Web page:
The age-old question of which color space to shoot in, sRGB or Adobe RGB, tends to confuse beginners and those adventurous enough to finally read the manual. The argument, in one form or another, is plastered across some forum every few months or so with the consensus usually being sRGB for web content and Adobe RGB for print. This understanding was fine in the past, but as sRGB gamut begins to show its age and with the introduction of wider color gamut displays, standards progress.

The P3 color space has become quite popular in the last couple of years. Like Adobe RGB, P3 is a wide-gamut alternative to sRGB. Starting out as a standard for digital cinema, DCI-P3, reproduced the color range created by the type of digital projector you’d find at a theater. Apple created their own version called Display P3, adapting it for computer displays, like their iMac line, since late 2010. Newer iPhones and iPads also display the P3 color space, making their product line consistent; unlike Android devices which are all over the board in terms of color. Other companies, such as Microsoft, have also made displays with a P3 gamut for their Surface Studio.


P3 vs Out of Gamut
4th Philippine International Pyromusical Competition (Fireworks)
Image courtesy of Sunny Merindo

Beyond sRGB

With the rapid adoption of wide-gamut displays in smartphones, laptops, and monitors, sRGB is falling out of favor. Image-based social communities have taken note of these wider color spaces, and earlier this year Instagram announced that it will support wider color spaces for the devices sporting the P3 color spectrum; now 500px supports searchable wide-gamut images as well as support for the WebP image format.


Though sRGB has been standard in our industry for many years, with today’s broad adoption of iPhones and wide-gamut displays we can finally showcase each image in a more true-to-life way and allow searching by color profile,” said Kelly Thompson, Vice President of 500px. “Our flexible image resizing and delivery system renders WebP compressed files to browsers and apps that support the format, further enhancing the experience with smaller file sizes and quicker downloads. As more efficient file compression options arise, we’ll be leading the way delivering those formats to our members.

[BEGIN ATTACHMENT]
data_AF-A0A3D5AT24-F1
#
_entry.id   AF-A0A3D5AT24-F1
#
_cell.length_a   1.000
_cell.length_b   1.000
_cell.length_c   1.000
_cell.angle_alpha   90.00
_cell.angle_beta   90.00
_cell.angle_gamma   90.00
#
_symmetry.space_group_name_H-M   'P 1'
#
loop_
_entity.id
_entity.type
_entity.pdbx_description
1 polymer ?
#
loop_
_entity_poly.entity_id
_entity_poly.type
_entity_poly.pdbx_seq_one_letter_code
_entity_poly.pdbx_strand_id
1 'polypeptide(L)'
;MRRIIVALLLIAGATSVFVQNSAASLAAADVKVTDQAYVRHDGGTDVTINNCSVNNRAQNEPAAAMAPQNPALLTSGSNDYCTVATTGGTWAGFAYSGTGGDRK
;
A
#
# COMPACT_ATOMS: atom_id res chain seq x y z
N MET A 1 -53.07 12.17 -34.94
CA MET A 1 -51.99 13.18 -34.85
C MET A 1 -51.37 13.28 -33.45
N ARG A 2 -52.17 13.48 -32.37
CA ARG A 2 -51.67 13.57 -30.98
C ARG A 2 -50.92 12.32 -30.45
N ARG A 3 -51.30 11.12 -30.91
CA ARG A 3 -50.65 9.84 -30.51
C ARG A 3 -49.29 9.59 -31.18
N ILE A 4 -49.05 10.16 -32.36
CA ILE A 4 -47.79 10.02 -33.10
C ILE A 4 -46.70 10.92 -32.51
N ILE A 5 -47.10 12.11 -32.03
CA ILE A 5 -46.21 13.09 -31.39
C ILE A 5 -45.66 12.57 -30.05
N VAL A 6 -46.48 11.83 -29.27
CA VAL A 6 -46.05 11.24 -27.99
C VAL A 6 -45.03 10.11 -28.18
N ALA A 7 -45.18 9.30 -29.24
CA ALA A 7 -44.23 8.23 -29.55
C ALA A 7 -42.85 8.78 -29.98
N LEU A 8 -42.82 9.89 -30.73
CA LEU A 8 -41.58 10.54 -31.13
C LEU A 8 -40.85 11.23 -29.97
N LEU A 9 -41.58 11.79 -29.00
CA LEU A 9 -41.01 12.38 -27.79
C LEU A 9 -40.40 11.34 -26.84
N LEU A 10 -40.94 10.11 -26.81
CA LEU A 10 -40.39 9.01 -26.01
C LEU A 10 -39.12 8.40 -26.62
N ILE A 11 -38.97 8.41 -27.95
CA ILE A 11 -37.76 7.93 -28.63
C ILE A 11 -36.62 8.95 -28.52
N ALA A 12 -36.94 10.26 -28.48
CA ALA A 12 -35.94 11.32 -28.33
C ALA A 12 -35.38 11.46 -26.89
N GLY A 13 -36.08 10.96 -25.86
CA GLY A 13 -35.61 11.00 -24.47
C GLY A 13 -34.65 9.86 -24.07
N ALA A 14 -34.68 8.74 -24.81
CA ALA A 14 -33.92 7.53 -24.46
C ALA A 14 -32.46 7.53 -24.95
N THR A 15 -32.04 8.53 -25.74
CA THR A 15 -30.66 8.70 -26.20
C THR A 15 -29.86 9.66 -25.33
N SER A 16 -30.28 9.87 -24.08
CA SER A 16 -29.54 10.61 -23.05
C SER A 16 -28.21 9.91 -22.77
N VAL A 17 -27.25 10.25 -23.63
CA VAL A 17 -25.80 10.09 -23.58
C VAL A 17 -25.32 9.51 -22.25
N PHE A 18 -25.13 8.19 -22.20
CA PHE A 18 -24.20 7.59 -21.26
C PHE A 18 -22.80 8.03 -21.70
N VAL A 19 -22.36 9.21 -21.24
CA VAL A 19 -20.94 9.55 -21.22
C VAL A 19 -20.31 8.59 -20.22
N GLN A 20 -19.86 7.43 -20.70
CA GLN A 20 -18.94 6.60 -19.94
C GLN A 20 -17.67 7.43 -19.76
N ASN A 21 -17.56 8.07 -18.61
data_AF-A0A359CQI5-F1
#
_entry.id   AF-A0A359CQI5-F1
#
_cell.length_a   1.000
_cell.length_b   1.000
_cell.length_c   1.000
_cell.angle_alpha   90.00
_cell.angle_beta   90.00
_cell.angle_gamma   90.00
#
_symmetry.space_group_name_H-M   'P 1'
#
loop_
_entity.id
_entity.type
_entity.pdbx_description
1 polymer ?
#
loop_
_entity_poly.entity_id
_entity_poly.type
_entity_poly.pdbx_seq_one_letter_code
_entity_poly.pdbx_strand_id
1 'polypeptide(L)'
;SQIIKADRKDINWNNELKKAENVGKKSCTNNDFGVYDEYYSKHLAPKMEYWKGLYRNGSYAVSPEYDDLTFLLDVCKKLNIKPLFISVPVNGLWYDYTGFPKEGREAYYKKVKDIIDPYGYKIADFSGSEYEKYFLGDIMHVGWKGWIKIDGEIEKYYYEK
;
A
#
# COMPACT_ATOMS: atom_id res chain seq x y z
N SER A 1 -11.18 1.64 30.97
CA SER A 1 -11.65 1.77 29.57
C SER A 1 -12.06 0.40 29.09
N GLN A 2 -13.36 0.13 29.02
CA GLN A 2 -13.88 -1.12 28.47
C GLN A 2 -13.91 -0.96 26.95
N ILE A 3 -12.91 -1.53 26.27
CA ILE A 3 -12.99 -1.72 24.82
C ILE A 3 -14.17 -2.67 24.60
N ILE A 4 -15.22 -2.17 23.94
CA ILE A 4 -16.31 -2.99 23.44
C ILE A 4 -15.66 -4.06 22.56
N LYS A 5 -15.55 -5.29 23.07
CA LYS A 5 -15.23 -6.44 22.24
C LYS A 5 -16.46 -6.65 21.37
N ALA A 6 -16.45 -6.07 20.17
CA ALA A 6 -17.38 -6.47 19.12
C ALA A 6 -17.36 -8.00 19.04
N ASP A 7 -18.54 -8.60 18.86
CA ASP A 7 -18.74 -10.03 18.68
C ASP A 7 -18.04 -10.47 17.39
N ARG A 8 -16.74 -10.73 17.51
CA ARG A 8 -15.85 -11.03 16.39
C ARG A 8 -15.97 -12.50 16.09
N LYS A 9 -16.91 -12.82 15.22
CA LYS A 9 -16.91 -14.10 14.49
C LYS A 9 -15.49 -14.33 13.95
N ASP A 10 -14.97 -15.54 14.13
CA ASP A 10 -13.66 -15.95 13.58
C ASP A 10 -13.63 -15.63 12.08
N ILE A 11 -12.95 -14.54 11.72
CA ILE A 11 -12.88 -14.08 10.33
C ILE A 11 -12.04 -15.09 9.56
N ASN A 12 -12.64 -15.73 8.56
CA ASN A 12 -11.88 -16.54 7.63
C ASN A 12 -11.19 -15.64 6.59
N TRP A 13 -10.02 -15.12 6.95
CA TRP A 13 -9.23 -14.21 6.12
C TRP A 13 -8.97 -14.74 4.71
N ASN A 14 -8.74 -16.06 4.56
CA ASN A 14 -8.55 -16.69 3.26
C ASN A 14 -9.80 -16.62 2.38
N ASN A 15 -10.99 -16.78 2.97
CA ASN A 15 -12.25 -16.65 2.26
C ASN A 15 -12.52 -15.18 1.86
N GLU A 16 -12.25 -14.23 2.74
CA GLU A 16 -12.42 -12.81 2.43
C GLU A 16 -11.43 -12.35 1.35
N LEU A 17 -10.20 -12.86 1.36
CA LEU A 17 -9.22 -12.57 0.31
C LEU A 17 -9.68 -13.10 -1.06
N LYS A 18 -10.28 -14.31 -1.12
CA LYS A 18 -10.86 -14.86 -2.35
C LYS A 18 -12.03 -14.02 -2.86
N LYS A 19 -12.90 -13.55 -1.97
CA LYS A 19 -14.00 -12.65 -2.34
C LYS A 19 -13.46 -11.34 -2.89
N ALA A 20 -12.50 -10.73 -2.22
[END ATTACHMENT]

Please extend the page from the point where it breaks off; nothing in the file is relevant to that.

Following the industry norm, 500px had previously converted non-sRGB images to sRGB for the broadest display compatibility, but now the marketplace will deliver images in the color space they were taken in to “stay truer to the photographer’s original vision.”

500px told SLR Lounge one of the main reasons they added the ability to search for wide profiles is that particular customers are looking to license images shot with specific equipment, in a specific color profile.  An exmaple would be manufacturers who are always looking for exceptional demo images of their products.

With Adobe offering 30% more colors than sRGB, and P3 25% more, the wider-gamut profiles offer deeper, richer colors, not previously reproducible on standard sRGB displays.

JPG vs WebP
Praying Mantis
Image courtesy of Roberto Aldrovandi

Support for WebP

Over the past month, 500px has also been rolling out support for WebP, Google’s new image standard providing lossless compression for images on the web. Chrome and Android users will benefit from the strong 25 percent reduction in file sizes with similar or better image quality.

The 500px image delivery system is flexible enough that as new technologies in color and file format are introduced and become mainstream, 500px will be on the forefront of adopting and integrating them.”

This is all great news, and it also it hopefully a kick in the rear for Android systems to finally get color managed.